Fri, 02 Jun 2023

(CN) - An Idaho judge entered a not guilty plea for the man charged in the murders of four students from the University of Idaho this past November, after the suspect refused to say anything at his arraignment Monday.

"Your honor we will be standing silent," said Bryan Kohberger's attorney, Anne Taylor, after Kohberger refused to answer the counts read by Latah County Judge John Judge.

In response, Judge entered Kohberger's not guilty plea on his behalf. Prosecutors will now have 60 days to decide whether they will seek the death penalty.

Last week a grand jury indicted Kohberger, 28, in the November 2022 murders of Xana Kernodle, Ethan Chapin, Madison Mogen and Kaylee Goncalves, who were stabbed in a rental home near the University of Idaho. At the time of the killings, Kohberger was a graduate criminology student studying at Washington State University in Pullman, Washington.

On Nov. 13, 2022, authorities found the bodies of Kernodle, Chapin, Mogen and Goncalves, who had spent the night before socializing around town before arriving home at 1:45 a.m. Chapin and Kernodle attended a party at a fraternity across the street, while Mogen and Goncalves were at a nearby bar before stopping to eat at a food truck.

The four students were found close to noon that day. Two other female roommates living in the house at the time were unharmed. Investigators believe the homicides occurred between 4:00 a.m. and 4:25 a.m.

Investigators have yet to outline a motive, although they say they connected Kohberger to the crime through an array of evidence, according to the unsealed affidavit by Brett Payne, a police corporal in Moscow, Idaho.

Investigators say they found Kohberger's DNA on a leather knife sheath left at the crime scene. Shortly before arresting Kohberger at his parent's home in Effort, Pennsylvania, on Dec. 30, 2022, investigators confirmed the DNA match by comparing it to the DNA of Kohberger's father taken from his trash.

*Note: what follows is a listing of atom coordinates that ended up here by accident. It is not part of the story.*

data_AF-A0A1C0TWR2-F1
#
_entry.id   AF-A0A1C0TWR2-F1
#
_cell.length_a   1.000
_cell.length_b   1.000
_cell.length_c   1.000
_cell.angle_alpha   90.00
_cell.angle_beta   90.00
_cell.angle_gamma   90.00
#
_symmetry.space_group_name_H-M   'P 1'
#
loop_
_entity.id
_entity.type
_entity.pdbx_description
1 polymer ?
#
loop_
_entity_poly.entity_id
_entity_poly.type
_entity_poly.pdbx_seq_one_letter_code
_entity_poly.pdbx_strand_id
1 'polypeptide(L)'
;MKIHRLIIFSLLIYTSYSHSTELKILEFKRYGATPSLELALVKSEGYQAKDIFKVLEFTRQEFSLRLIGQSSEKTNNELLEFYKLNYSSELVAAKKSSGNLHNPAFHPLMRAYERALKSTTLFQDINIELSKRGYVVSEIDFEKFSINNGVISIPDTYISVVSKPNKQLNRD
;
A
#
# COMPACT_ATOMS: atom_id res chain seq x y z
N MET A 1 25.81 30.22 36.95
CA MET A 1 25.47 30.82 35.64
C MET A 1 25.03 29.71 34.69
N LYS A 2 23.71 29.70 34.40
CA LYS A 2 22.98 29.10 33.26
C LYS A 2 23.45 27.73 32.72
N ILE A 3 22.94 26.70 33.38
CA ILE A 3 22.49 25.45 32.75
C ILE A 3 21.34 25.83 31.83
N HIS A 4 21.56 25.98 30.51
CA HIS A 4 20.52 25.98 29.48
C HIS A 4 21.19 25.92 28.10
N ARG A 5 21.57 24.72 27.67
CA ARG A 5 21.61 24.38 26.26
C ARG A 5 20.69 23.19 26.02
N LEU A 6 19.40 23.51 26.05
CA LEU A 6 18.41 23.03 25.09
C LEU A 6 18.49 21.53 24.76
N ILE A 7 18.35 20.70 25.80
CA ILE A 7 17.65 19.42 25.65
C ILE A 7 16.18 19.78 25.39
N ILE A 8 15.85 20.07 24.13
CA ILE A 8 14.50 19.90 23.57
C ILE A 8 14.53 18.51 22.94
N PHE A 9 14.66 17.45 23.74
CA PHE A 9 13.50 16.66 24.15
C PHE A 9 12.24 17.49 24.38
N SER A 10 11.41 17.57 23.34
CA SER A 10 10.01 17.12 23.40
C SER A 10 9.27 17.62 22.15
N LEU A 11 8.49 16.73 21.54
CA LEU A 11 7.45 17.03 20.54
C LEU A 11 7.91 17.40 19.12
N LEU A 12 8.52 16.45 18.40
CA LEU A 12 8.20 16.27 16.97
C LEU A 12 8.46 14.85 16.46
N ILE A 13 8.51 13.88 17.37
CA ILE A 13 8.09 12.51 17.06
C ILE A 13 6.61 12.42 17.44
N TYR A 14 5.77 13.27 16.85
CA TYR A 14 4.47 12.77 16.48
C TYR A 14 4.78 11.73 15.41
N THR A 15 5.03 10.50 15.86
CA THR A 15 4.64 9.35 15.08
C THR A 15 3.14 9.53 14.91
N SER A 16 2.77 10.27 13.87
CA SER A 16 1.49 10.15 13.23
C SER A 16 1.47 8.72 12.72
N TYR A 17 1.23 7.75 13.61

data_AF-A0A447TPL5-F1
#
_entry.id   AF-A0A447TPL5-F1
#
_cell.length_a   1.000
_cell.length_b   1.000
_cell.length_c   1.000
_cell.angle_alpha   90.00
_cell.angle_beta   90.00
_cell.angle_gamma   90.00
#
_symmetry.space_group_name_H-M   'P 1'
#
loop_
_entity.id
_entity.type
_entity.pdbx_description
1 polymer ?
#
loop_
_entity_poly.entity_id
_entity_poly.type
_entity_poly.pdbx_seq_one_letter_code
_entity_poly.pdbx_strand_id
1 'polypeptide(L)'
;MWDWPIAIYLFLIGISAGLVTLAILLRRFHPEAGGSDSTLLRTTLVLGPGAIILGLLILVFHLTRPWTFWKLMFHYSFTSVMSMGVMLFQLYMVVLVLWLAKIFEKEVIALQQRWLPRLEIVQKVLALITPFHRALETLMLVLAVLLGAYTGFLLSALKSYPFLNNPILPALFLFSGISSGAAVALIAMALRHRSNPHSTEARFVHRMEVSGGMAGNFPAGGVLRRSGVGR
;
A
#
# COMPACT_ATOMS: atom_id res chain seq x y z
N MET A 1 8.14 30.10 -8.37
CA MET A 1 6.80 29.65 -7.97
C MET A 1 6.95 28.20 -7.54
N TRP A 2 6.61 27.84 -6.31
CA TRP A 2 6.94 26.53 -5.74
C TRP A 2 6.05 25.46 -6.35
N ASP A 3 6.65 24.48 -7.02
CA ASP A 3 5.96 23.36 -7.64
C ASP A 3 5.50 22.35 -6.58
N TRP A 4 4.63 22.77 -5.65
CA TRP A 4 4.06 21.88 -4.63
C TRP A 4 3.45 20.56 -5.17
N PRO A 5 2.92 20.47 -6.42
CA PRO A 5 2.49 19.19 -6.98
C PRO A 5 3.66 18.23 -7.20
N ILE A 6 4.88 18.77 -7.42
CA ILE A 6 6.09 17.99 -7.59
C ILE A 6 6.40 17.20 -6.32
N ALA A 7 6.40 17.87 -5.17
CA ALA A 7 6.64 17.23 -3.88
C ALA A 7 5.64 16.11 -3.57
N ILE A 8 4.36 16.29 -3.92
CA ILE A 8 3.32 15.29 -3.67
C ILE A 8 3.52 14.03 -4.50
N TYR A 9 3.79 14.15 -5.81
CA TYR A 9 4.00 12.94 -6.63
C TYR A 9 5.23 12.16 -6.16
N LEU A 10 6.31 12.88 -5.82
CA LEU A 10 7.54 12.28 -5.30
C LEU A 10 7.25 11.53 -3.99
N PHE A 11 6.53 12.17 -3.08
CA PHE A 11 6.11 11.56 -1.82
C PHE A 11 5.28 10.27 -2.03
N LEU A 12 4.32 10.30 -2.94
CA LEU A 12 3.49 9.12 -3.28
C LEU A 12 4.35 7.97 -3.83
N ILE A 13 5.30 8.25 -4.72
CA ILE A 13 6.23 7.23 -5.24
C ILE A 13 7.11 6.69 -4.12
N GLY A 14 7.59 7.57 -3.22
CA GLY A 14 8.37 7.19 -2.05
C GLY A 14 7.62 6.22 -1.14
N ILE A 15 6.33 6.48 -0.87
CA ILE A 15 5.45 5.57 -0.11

Investigators also say Kohberger fit one of the surviving roommate's descriptions of the intruder she saw that night in the house, someone "5'10" or taller, male, not very muscular, but athletically built with bushy eyebrows." The roommate told investigators she locked herself in her room after watching the man walk past her and out the back sliding glass door as she stood in a "frozen shock phase."

Additional evidence presented in the affidavit included videos investigators say put Kohberger's white Hyundai Elantra in the vicinity at the time of the murder and cellphone data that indicated Kohberger had left his apartment in Pullman, Washington, around 2:42 a.m.

Shortly after, they say Kohberger's phone began using cellular resources southeast of the victims' home and there was no other location data available from the phone until 4:48 a.m. from a tower in Moscow, Idaho, suggesting he turned his cellphone off. Around then, his phone records indicate he took a southerly roundabout route back to Pullman through Genesee, Idaho, and Uniontown, Washington.

Following Kohberger's arrest in Pennsylvania and his extradition hearing on Jan. 3, his public defender there, Jason LaBar, said Kohberger had been following the case with interest and was "shocked" to be arrested. Kohberger was subsequently flown to Pullman and driven to the Moscow jail on Jan. 4. Kohberger made his first court appearance the following day.

The indictment allows prosecutors to skip a previously scheduled preliminary hearing in late June and move on to trial on Oct. 2, 2023. The trial - expected to last six weeks - will undoubtedly shed more light on the details surrounding the murders, which have shaken the communities of Pullman and Moscow, Idaho.

Source: Courthouse News Service

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